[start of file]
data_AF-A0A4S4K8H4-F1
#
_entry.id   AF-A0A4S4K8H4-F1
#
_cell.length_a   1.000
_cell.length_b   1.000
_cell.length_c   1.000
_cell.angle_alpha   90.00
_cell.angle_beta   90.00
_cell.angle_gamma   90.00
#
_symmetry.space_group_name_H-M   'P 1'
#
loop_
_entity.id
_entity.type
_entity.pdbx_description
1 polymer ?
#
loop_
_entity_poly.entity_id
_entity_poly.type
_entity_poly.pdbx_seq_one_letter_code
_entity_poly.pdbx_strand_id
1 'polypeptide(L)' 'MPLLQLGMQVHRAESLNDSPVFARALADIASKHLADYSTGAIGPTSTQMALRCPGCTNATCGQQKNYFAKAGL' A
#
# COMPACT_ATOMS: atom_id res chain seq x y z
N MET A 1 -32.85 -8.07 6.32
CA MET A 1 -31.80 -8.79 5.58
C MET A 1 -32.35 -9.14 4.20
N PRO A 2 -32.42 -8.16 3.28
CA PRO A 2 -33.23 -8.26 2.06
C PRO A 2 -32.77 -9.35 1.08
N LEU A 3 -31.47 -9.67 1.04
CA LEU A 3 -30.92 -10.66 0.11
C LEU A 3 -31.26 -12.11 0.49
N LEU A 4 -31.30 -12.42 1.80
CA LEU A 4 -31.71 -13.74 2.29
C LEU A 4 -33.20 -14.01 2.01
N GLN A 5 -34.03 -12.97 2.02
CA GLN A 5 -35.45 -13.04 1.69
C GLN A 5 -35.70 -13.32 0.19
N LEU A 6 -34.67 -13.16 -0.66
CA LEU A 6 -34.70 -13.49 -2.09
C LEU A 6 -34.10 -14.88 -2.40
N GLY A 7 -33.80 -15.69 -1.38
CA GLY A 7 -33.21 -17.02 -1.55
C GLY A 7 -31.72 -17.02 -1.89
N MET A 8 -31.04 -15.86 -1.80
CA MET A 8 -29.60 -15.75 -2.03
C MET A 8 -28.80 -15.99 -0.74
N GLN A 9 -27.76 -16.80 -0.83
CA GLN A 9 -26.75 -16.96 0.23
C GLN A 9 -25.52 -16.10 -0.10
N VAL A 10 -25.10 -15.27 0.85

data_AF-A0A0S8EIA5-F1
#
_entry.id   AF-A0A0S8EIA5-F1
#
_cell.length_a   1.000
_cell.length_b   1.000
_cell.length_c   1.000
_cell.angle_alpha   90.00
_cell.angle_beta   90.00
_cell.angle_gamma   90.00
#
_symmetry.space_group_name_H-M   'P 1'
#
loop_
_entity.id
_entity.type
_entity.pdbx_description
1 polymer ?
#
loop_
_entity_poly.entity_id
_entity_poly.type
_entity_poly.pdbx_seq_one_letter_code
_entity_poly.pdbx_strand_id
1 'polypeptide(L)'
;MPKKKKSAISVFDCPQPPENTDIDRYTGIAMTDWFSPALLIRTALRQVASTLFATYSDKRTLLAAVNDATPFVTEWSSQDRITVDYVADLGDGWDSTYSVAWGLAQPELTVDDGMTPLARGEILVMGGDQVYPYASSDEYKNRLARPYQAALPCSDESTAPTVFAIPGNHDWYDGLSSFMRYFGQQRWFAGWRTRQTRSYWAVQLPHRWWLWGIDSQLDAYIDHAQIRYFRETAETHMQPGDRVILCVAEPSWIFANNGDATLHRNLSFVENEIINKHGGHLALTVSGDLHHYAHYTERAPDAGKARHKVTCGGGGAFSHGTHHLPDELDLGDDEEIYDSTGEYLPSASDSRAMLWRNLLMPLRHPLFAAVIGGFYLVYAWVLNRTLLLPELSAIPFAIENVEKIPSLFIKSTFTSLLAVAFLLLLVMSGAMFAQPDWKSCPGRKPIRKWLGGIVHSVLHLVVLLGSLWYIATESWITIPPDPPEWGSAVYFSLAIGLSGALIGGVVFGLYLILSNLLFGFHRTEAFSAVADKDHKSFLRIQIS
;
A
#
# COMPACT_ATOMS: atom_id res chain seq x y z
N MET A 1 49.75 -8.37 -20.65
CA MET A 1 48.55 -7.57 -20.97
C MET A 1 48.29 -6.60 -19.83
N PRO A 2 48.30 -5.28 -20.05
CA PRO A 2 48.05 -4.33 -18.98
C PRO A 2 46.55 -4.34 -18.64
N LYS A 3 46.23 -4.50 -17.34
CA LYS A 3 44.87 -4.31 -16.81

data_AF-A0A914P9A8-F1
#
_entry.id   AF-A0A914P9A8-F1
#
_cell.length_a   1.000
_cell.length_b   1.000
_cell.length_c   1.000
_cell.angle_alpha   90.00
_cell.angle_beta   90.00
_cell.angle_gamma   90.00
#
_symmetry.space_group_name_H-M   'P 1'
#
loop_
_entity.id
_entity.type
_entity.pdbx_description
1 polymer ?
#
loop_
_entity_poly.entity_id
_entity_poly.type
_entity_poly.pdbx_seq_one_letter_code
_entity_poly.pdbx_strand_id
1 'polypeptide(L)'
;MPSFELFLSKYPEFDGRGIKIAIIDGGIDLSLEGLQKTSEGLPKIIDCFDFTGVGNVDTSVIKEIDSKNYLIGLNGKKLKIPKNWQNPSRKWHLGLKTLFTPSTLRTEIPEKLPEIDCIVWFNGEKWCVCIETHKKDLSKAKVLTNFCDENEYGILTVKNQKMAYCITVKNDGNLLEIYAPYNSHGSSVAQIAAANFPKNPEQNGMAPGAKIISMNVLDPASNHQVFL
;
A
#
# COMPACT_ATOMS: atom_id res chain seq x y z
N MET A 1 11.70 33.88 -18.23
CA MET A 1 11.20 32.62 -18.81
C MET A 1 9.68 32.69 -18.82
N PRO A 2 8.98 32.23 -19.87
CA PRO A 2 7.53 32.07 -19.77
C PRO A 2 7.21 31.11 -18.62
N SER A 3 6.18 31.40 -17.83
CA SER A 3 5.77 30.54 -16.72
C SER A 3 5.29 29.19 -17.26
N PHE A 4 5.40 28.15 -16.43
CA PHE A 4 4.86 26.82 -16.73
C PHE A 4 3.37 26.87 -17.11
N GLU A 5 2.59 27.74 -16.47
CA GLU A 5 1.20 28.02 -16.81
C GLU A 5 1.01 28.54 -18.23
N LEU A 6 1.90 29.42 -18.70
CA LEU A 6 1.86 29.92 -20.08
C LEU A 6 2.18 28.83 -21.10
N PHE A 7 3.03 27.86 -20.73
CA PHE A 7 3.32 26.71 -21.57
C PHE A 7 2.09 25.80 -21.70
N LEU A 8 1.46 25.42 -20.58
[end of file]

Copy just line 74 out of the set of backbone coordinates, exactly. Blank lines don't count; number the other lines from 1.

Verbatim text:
#